Harley-Davidson, up against spiraling costs from tariffs, will begin to shift its production of motorcycles that are bound for Europe from the U.S. to factories overseas.
The European Union began on Friday to roll out tariffs on American imports like bourbon, peanut butter and orange juice. The EU tariffs on $3.4 billion worth of U.S. products come in retaliation to the duties the Trump administration has imposed on European steel and aluminum.
Harley-Davidson Inc. sold almost 40,000 motorcycles in the European Union last year. The revenue the company generated from those sales was second only to that generated in the United States, according to the Milwaukee company.
The motorcycle maker said in a regulatory filing on Monday that EU tariffs on motorcycles it exports from the U.S. have jumped by between 6 percent and 31 percent. That raises the cost of each motorcycle by $2,200 on average.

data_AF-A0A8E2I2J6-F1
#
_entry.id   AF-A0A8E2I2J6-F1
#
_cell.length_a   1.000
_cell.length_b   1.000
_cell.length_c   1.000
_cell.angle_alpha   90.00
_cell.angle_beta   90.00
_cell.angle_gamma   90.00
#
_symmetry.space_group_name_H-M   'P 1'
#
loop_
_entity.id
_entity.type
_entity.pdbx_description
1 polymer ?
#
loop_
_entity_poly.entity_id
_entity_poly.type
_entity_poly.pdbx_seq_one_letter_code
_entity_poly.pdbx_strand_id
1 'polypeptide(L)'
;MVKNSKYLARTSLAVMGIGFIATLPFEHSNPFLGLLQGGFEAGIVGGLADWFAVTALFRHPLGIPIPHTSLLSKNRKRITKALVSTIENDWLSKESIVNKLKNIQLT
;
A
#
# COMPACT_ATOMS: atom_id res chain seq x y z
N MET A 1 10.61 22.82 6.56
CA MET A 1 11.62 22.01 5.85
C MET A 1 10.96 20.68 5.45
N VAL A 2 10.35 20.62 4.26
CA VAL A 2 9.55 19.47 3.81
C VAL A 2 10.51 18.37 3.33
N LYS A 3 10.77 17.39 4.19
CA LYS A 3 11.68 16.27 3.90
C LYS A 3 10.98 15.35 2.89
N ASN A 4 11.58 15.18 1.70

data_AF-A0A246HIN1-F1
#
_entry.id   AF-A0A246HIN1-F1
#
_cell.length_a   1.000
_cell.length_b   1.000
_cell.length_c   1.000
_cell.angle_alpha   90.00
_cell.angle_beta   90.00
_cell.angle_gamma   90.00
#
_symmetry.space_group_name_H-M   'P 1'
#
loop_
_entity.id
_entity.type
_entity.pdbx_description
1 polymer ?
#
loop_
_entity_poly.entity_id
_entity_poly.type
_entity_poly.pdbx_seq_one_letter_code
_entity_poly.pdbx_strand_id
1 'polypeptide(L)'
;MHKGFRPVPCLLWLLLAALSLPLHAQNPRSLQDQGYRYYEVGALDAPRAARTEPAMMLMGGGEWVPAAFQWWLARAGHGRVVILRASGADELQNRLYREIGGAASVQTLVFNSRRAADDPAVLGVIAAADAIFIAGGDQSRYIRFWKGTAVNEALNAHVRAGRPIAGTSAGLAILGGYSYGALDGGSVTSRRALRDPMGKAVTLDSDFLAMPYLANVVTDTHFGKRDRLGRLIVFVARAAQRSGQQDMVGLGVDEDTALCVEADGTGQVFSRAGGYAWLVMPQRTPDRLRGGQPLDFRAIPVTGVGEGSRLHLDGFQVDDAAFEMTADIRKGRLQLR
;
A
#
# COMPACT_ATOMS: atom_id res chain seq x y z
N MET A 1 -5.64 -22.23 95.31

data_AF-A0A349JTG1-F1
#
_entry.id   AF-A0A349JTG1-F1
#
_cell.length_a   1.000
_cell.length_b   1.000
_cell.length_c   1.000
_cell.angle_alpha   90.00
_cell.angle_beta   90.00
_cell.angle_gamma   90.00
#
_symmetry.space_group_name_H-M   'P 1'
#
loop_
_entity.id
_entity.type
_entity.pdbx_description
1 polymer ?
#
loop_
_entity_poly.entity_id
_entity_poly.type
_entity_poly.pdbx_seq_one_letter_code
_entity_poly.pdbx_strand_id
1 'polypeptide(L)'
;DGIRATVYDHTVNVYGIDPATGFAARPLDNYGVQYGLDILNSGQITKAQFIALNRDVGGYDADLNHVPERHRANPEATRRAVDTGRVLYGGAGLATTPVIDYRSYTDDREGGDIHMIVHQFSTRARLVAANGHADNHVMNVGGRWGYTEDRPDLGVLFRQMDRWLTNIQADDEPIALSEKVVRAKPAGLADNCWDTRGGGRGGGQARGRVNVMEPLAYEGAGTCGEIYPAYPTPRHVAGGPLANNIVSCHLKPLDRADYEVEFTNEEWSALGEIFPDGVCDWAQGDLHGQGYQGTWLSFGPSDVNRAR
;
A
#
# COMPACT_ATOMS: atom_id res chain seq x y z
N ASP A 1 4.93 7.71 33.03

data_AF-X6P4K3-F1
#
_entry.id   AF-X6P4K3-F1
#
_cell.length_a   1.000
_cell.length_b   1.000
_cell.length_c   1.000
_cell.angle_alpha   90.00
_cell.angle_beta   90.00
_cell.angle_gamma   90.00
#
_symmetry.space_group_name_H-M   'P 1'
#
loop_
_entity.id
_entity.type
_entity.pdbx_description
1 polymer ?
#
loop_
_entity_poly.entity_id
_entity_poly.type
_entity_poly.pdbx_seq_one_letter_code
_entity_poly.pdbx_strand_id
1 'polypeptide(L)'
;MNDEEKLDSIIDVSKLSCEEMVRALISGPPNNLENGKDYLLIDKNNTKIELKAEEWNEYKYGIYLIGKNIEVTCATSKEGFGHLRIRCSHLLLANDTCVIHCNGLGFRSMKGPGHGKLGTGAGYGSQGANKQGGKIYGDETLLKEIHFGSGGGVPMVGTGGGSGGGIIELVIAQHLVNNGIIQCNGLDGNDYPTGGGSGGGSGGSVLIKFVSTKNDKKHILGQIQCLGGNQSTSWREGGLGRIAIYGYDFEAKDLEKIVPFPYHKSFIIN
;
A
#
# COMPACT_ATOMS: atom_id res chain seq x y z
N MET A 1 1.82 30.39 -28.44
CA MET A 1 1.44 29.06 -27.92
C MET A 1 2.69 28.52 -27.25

“Harley-Davidson maintains a strong commitment to U.S.-based manufacturing which is valued by riders globally,” the company said in prepared remarks. “Increasing international production to alleviate the EU tariff burden is not the company’s preference, but represents the only sustainable option to make its motorcycles accessible to customers in the EU and maintain a viable business in Europe. Europe is a critical market for Harley-Davidson.”
Harley-Davidson said it’s trying to avoid raising its prices to avert “an immediate and lasting detrimental impact” on sales in Europe. It will instead absorb much of the higher costs, at least in the short term. Company officials said they expect the cost for the rest of the year to run from $30 million to $45 million.
Harley-Davidson said it could take anywhere between nine and 18 months to complete its plan to move some of its production operations from the U.S. to factories overseas.
The company is already struggling with declining sales. In January, it said it would take its operation in Kansas City, Missouri, and move it to a plant in York, Pennsylvania. U.S. motorcycle sales peaked at more than 1.1 million in 2005 and dropped quickly during the recession.
Asked about Harley’s decision Monday, Gov. Scott Walker talked about tariffs in general but did not specifically discuss the company’s situation.
“The ultimate goal, if we could get there, is no tariffs or if anything few tariffs on anything,” said Walker, a Republican. “That’s what I’m going to push for, ways that we can get to a level playing field then we don’t have this tit for tat on any number of products out there.”